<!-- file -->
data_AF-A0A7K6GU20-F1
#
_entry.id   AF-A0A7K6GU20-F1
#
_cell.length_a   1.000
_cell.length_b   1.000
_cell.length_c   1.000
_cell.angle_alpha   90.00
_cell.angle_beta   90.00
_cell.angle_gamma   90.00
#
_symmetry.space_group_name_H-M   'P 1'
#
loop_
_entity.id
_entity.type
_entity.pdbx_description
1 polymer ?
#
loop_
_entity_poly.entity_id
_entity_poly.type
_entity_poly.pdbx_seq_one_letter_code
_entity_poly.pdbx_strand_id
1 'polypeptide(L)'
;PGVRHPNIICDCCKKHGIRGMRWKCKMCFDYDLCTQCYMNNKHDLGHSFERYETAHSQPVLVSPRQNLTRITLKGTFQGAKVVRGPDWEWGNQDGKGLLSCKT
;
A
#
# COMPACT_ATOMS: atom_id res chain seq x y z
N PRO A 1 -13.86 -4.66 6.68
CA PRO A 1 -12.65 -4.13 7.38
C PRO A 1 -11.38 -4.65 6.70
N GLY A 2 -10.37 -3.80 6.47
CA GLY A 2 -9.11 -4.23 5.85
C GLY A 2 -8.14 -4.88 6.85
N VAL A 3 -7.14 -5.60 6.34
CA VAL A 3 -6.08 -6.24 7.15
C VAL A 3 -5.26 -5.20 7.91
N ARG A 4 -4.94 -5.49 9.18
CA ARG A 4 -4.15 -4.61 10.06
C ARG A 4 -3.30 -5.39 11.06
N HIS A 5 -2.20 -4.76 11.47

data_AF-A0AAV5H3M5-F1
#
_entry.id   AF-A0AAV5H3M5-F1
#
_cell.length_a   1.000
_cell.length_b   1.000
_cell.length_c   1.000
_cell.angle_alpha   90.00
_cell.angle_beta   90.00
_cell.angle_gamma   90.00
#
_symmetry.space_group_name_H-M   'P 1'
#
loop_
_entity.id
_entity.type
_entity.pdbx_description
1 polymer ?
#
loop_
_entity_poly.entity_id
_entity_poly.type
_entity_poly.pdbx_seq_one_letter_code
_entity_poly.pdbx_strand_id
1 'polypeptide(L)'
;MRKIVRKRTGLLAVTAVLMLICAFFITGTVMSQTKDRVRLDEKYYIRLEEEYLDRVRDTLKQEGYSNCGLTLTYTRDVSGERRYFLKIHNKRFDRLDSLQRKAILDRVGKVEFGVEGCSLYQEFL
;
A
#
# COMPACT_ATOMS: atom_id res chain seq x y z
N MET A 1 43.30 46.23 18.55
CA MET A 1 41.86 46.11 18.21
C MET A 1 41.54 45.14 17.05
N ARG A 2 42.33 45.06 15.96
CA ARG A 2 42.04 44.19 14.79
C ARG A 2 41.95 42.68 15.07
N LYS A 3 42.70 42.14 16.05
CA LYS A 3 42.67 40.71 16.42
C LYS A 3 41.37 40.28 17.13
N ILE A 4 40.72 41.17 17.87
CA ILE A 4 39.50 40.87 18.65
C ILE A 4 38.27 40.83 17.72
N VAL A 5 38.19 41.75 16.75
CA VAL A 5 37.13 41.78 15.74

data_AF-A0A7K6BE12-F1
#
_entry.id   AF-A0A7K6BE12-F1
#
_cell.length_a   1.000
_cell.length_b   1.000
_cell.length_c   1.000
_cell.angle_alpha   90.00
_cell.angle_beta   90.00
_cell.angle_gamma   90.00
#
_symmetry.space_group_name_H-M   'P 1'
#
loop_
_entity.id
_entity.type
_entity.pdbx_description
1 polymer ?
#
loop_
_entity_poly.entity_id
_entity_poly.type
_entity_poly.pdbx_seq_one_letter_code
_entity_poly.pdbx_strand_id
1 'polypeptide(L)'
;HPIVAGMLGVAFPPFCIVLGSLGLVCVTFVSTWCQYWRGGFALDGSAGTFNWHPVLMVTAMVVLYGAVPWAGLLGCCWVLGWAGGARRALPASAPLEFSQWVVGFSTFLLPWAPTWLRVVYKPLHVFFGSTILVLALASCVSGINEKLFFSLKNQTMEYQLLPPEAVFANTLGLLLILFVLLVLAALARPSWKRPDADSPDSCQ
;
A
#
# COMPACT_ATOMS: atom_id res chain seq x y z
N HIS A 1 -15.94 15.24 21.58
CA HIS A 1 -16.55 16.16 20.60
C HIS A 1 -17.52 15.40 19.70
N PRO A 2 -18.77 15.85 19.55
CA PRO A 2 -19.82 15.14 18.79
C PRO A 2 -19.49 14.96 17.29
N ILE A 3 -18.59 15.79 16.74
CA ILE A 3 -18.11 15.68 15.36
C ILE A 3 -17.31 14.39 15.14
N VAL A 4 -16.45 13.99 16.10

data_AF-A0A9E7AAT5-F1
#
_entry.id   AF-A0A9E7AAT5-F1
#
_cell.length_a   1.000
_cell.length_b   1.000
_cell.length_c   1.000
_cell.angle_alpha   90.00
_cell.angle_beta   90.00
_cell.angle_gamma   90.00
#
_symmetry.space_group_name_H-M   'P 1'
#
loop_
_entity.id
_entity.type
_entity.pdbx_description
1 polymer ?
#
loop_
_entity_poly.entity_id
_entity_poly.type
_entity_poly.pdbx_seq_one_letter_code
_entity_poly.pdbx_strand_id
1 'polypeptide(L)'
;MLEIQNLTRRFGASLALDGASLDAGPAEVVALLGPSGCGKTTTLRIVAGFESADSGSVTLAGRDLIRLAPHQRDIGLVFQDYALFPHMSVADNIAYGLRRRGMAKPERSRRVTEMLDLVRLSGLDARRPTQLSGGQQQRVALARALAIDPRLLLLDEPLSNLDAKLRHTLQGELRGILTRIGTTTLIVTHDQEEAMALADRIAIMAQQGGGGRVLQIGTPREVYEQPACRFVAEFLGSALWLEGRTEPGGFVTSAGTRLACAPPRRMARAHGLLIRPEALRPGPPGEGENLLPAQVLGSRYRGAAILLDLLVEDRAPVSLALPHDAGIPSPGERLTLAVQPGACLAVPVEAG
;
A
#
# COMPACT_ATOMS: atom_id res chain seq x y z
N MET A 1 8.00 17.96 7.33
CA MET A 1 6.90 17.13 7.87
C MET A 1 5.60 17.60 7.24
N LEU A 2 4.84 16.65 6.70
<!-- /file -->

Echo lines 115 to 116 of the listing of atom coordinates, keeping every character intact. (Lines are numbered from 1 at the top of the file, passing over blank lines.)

A
#